- By Josh Rogin
Josh Rogin covers national security and foreign policy and writes the daily Web column The Cable. His column appears bi-weekly in the print edition of The Washington Post. He can be reached for comments or tips at firstname.lastname@example.org.
Previously, Josh covered defense and foreign policy as a staff writer for Congressional Quarterly, writing extensively on Iraq, Afghanistan, Guantánamo Bay, U.S.-Asia relations, defense budgeting and appropriations, and the defense lobbying and contracting industries. Prior to that, he covered military modernization, cyber warfare, space, and missile defense for Federal Computer Week Magazine. He has also served as Pentagon Staff Reporter for the Asahi Shimbun, Japan's leading daily newspaper, in its Washington, D.C., bureau, where he reported on U.S.-Japan relations, Chinese military modernization, the North Korean nuclear crisis, and more.
A graduate of George Washington University's Elliott School of International Affairs, Josh lived in Yokohama, Japan, and studied at Tokyo's Sophia University. He speaks conversational Japanese and has reported from the region. He has also worked at the House International Relations Committee, the Embassy of Japan, and the Brookings Institution.
Josh's reporting has been featured on CNN, MSNBC, C-Span, CBS, ABC, NPR, WTOP, and several other outlets. He was a 2008-2009 National Press Foundation's Paul Miller Washington Reporting Fellow, 2009 military reporting fellow with the Knight Center for Specialized Journalism and the 2011 recipient of the InterAction Award for Excellence in International Reporting. He hails from Philadelphia and lives in Washington, D.C.
The White House on Friday called on the Egyptian government to combat a wave of sexual assaults, and urged President Mohammed Morsy’s administration to avoid blaming the victims for the violence sweeping the country.
The White House was responding to reports of alarming increases of sexual assault and gang rape in Egypt over the last few weeks, including this March 25 New York Times report stating that in Cairo’s famed Tahrir Square, where the 2011 revolution began, "the sheer number of women sexually abused and gang raped in a single public square had become too big to ignore."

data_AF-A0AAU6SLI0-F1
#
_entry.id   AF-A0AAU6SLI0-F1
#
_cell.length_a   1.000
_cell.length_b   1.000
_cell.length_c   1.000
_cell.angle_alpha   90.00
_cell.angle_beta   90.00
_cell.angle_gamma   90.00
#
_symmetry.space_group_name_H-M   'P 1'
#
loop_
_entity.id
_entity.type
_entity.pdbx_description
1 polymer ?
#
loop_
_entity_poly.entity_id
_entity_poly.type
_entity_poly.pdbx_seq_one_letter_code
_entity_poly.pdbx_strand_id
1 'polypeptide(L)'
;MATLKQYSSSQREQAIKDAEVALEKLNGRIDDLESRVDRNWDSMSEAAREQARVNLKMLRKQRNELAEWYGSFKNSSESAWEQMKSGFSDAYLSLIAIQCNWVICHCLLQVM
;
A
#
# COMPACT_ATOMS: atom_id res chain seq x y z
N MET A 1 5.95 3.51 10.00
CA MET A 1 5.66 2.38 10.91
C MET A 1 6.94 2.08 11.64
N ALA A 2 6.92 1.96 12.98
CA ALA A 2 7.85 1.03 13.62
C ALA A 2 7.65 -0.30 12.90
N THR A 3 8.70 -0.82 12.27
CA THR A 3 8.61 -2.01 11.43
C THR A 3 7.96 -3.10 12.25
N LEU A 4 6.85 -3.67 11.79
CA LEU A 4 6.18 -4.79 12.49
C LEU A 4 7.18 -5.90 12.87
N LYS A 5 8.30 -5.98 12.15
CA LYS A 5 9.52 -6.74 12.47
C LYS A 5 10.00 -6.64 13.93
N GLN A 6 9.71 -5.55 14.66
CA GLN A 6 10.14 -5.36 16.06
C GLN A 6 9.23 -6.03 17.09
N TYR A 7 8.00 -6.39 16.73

The issue first came to the widespread attention of the American media in 2011, when CBS news correspondent Lara Logan was violently sexually assaulted in Tahrir Square while covering the protests. Opposition party leaders blame the ruling Muslim Brotherhood, some of whose members have made comments that appear to blame the victims. Some attackers have said they were paid by the Brotherhood to intimidate women protesters.
White House Principal Deputy Press Secretary Josh Earnest said on Friday that the Obama administration was "deeply concerned" about the rise in sexual violence in Egypt and called on the Egyptian government to do more to prevent the rapes and bring the attackers to justice.
"Sexual violence, including gang rape, has occurred during recent demonstrations in Egypt, and this is a cause of great concern to the United States, the international community, and to many Egyptians. These victims are the mothers, wives, daughters and sisters of Egypt," he said. "The Egyptian government has a responsibility to take legal measures to prevent sexual violence and to prosecute people who are involved in such crimes. The idea that some Egyptians are blaming the victims for being raped and assaulted is abhorrent. We strongly condemn these views and reaffirm the rights of women to express themselves in public squares alongside men, as well as the responsibility of the Egyptian government to protect them."
Separately on Friday, the State Department alerted Americans in Egypt, particularly women, to be careful.
"Political unrest, which intensified prior to the constitutional referendum in December 2012 and the anniversary in 2013 of Egypt’s 25th January Revolution, is likely to continue in the near future," the State Department said in a Friday travel alert. "Of specific concern is a rise in gender-based violence in and around protest areas where women have been the specific targets of sexual assault."
Several major cities have now been the sites of violent clashes between police and protesters, and while U.S. citizens are not necessarily targeted, Westerners are sometimes caught up in the melee, the State Department alert said.
"The U.S. Department of State strongly urges U.S. citizens to avoid all demonstrations in Egypt, as even peaceful ones can quickly become violent, and a foreigner could become a target of harassment or worse," the alert stated. "U.S. citizens are urged to remain alert to local security developments and to carry identification and, if moving about alone, a cell phone or other means of communication that works in Egypt."